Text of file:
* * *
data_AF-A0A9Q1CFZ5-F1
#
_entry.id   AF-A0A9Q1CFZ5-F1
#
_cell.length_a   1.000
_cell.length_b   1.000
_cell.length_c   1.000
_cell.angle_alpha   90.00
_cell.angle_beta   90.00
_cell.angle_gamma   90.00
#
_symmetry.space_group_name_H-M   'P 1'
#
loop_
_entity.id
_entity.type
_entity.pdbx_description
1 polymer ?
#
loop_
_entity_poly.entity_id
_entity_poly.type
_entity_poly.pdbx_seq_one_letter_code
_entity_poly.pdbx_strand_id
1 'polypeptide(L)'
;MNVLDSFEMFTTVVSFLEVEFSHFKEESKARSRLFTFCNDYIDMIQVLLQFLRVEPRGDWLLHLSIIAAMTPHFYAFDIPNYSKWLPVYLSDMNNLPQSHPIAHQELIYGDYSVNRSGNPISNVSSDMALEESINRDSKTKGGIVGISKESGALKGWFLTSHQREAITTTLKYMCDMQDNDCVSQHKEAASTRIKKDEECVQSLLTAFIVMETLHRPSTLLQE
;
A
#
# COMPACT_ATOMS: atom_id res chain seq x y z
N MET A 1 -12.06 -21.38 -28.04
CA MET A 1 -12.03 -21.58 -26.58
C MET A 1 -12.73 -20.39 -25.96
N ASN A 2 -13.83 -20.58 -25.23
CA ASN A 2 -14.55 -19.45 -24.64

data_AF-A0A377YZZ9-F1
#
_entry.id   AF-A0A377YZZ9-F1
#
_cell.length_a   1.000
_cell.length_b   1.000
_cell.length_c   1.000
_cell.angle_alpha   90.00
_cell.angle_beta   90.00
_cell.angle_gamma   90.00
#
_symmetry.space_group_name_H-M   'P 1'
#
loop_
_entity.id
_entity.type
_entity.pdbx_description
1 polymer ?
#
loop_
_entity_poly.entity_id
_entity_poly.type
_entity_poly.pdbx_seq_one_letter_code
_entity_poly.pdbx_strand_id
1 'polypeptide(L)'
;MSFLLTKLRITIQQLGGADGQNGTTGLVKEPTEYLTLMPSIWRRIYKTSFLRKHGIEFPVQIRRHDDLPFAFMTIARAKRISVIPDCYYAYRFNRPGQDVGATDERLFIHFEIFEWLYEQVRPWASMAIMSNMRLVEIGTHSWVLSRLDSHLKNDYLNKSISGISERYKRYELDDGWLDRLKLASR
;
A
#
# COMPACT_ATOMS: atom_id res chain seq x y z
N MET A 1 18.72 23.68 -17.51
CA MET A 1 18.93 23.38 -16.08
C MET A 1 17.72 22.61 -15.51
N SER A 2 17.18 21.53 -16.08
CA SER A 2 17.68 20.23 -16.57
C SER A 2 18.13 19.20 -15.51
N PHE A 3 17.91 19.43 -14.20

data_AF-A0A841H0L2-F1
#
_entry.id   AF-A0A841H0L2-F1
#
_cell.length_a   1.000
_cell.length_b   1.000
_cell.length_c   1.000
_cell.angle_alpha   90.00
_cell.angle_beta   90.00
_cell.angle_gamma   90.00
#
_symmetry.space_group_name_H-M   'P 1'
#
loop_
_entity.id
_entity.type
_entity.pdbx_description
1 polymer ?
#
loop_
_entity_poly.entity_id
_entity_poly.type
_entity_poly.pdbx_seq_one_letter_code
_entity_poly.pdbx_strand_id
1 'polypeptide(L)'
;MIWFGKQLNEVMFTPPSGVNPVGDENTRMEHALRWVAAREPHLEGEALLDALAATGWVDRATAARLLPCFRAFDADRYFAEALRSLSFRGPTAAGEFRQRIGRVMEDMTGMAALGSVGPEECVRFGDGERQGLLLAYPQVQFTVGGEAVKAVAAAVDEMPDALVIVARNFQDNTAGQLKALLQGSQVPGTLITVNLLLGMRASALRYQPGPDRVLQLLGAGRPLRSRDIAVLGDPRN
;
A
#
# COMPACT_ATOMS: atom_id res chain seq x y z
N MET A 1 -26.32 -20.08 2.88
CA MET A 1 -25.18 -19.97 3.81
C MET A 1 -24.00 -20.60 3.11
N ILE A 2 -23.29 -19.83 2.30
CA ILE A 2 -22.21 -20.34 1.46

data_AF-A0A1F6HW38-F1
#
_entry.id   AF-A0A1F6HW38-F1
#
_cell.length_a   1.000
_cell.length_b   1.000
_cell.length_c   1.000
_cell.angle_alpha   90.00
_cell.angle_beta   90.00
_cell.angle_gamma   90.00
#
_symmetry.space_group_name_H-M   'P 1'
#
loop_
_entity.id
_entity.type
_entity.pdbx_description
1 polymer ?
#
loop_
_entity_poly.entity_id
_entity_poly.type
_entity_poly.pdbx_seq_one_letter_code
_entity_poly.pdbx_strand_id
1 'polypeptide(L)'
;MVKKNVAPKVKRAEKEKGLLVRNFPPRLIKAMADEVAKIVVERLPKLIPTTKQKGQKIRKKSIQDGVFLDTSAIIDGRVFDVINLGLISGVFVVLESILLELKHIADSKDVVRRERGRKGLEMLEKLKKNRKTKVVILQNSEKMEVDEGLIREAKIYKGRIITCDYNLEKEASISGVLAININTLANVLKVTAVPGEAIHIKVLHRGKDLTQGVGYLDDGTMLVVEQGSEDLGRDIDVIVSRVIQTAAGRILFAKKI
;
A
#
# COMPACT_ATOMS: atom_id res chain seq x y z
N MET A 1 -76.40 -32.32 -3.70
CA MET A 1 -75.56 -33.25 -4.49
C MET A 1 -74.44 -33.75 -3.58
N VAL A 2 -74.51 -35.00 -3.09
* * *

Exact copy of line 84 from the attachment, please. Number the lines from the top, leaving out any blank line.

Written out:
_symmetry.space_group_name_H-M   'P 1'